he establishment of district shared-service Project Management Units was being attempted, to address skills shortages. MIG commitment levels, project implementation and expenditures were monitored monthly by department officials and municipalities were engaged immediately as necessary.

Out of the 61 KZN municipalities 57 adopted Integrated Development Plans (IDP) on time and only four missed the statutory deadline. The department had developed and applied a Provincial IDP management plan which assisted in ensuring statutory adherence by municipalities and was consistent in the engagement session dates with municipalities to avoid no participation and to keep discussion relevant. The Municipal Performance Reporting, Monitoring and Evaluation (MPMRE) Unit monitored the implementation of the IDP.

As at 31 March 2012, approximately 83.47% of KZN households had access to potable water, 80.36% of households had a basic sanitation facility and 76.69 % of households had access to electricity. While significant progress had been made in the eradication of service delivery backlogs, the pace of delivery was too slow to achieve universal access to water, sanitation and electricity by 2014.

There were
18 on-going non-performance and maladministration investigations instituted in terms of Section 106 of the Municipal Systems Act, at different stages. The challenges faced with regard to corruption included: lack of municipal skills to address recommendations in reports, officials resigning before disciplinary action, poor reporting on progress in implementation of recommendations by municipalities and delays in criminal investigations and prosecution. The department had provided on-going support to municipalities in implementation of recommendations of forensic investigations including instituting disciplinary and criminal actions.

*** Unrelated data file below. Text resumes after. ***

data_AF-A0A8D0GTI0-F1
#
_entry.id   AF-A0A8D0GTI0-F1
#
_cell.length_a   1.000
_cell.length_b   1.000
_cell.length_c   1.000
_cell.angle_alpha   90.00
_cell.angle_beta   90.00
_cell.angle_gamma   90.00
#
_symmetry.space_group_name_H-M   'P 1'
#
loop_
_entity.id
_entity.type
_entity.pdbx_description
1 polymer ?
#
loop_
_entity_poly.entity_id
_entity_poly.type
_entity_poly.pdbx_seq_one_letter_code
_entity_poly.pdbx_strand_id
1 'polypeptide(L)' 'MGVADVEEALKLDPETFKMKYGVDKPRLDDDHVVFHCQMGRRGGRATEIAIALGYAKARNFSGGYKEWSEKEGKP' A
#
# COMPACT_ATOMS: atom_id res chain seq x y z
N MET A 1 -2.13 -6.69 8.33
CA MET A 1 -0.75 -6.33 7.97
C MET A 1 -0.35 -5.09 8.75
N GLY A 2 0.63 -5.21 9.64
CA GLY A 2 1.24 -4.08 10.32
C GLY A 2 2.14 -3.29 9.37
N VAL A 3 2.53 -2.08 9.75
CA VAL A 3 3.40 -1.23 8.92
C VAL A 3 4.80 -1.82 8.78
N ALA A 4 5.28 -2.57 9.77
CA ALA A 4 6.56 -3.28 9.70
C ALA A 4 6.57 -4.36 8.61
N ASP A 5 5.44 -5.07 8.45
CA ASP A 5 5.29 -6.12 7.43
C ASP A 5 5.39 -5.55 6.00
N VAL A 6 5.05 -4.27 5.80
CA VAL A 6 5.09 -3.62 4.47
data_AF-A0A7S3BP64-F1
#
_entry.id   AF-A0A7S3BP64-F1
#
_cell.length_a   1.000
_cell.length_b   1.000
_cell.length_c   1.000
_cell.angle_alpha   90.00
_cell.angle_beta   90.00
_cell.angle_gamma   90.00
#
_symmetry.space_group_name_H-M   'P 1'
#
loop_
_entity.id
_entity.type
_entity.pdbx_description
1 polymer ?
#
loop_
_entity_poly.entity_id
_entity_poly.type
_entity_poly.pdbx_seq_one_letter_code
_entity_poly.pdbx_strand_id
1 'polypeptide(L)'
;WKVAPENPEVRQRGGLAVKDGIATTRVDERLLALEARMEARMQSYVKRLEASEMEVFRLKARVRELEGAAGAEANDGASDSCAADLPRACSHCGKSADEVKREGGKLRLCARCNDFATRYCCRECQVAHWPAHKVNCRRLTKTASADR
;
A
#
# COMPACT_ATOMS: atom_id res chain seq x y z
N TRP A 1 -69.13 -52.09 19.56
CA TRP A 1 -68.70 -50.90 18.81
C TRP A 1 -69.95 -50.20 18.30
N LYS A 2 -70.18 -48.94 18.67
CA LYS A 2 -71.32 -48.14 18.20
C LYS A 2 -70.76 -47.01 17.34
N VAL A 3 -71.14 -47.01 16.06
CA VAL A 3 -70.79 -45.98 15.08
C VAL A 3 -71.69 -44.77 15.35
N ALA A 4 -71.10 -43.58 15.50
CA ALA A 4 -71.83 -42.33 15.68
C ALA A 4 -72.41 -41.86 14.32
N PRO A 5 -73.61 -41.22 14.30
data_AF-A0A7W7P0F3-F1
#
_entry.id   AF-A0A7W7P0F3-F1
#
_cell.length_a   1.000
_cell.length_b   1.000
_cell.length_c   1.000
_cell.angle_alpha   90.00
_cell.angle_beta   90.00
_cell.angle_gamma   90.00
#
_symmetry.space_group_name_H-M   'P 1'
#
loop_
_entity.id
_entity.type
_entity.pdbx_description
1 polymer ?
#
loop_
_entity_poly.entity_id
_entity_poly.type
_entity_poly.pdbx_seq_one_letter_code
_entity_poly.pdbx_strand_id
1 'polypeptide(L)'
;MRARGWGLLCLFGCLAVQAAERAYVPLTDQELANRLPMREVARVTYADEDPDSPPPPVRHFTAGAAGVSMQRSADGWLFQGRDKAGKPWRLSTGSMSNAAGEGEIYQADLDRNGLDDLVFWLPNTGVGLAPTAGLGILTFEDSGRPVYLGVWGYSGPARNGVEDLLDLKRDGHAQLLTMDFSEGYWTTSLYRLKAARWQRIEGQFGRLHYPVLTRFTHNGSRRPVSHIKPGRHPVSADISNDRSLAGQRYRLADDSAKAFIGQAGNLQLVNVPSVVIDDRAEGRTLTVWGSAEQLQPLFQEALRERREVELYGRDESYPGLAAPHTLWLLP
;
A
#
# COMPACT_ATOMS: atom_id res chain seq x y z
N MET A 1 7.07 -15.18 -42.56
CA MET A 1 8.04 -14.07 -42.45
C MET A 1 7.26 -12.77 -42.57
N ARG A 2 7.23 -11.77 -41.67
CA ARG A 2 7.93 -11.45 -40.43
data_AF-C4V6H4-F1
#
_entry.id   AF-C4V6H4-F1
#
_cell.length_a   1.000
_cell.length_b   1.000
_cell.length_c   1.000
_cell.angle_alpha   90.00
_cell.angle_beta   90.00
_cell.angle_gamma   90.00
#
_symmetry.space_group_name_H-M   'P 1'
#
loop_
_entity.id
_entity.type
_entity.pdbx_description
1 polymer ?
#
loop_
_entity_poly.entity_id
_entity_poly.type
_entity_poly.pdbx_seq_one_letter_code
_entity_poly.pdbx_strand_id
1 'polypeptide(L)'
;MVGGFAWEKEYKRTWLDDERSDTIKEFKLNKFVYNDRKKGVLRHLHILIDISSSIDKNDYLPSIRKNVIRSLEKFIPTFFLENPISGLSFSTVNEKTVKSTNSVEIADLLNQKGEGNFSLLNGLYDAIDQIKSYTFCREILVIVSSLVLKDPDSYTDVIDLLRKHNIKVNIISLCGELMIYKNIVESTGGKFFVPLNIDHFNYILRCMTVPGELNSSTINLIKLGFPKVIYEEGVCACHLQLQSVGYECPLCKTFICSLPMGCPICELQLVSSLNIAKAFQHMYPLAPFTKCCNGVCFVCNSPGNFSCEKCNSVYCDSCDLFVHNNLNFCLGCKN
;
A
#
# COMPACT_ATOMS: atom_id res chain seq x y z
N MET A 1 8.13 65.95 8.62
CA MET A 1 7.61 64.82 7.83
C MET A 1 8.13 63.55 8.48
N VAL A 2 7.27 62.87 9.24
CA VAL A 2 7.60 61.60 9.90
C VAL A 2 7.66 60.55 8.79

Western Cape presentation
Mr Anton Bredell, MEC Department of Local Government Western Cape spoke about the importance of provincial interaction with Parliament, stellar audit outcomes, reduced indebtedness of government departments, support to its 30 municipalities, service delivery, importance of ward committees and community development workers, and the disaster management system of the Western Cape province. He questioned whether the current system of audit supported or hampered service delivery. Ms Hildegarde Fast, Head of
Local Government, briefly discussed the outline of the presentation and handed over to a colleague to commence the presentation.

The presentation noted that councils were meeting as required. During the last quarter there were no reports of non-attendance by councillors. The instability at the Swellendam Municipality made it difficult to obtain a quorum for decision-making. Councillors reported to MECs. Debt owed by councillors has been reported for Oudtshoorn, Bitou, Saldanha Bay, Beaufort West and Stellenbosch municipalities. The Western Cape Department of Local Government had assisted with recruitment of three Municipal Managers. MPAC training had been carried out over three days in some municipalities. MPACs had been fully established in ten municipalities and three municipalities had made firm commitment towards their establishment. The status and progress of the 14 Special Investigating Unit (SIU) investigations were noted (see document).